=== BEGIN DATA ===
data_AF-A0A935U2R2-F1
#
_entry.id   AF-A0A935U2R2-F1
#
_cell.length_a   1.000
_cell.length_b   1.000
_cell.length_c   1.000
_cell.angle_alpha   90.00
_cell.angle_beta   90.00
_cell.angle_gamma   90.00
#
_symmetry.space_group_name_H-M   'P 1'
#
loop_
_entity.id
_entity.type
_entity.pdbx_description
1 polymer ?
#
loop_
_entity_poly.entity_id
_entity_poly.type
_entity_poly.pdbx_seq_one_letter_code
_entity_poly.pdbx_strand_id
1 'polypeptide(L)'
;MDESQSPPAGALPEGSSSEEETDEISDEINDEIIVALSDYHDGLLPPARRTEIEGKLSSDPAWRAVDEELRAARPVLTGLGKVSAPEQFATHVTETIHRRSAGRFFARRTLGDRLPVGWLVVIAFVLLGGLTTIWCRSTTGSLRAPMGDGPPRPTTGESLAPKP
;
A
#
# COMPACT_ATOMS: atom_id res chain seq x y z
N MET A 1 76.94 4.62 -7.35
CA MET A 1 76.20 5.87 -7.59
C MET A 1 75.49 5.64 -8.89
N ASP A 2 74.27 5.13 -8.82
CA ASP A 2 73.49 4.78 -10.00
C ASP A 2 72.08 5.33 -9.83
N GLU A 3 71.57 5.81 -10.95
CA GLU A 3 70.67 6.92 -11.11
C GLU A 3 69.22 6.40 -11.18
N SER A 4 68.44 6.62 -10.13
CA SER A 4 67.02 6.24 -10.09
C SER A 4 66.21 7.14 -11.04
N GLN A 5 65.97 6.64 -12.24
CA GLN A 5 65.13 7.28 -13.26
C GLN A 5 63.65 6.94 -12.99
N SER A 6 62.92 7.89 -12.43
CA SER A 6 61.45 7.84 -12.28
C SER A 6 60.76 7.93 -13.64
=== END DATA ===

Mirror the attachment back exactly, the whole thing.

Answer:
data_AF-A0A935U2R2-F1
#
_entry.id   AF-A0A935U2R2-F1
#
_cell.length_a   1.000
_cell.length_b   1.000
_cell.length_c   1.000
_cell.angle_alpha   90.00
_cell.angle_beta   90.00
_cell.angle_gamma   90.00
#
_symmetry.space_group_name_H-M   'P 1'
#
loop_
_entity.id
_entity.type
_entity.pdbx_description
1 polymer ?
#
loop_
_entity_poly.entity_id
_entity_poly.type
_entity_poly.pdbx_seq_one_letter_code
_entity_poly.pdbx_strand_id
1 'polypeptide(L)'
;MDESQSPPAGALPEGSSSEEETDEISDEINDEIIVALSDYHDGLLPPARRTEIEGKLSSDPAWRAVDEELRAARPVLTGLGKVSAPEQFATHVTETIHRRSAGRFFARRTLGDRLPVGWLVVIAFVLLGGLTTIWCRSTTGSLRAPMGDGPPRPTTGESLAPKP
;
A
#
# COMPACT_ATOMS: atom_id res chain seq x y z
N MET A 1 76.94 4.62 -7.35
CA MET A 1 76.20 5.87 -7.59
C MET A 1 75.49 5.64 -8.89
N ASP A 2 74.27 5.13 -8.82
CA ASP A 2 73.49 4.78 -10.00
C ASP A 2 72.08 5.33 -9.83
N GLU A 3 71.57 5.81 -10.95
CA GLU A 3 70.67 6.92 -11.11
C GLU A 3 69.22 6.40 -11.18
N SER A 4 68.44 6.62 -10.13
CA SER A 4 67.02 6.24 -10.09
C SER A 4 66.21 7.14 -11.04
N GLN A 5 65.97 6.64 -12.24
CA GLN A 5 65.13 7.28 -13.26
C GLN A 5 63.65 6.94 -12.99
N SER A 6 62.92 7.89 -12.43
CA SER A 6 61.45 7.84 -12.28
C SER A 6 60.76 7.93 -13.64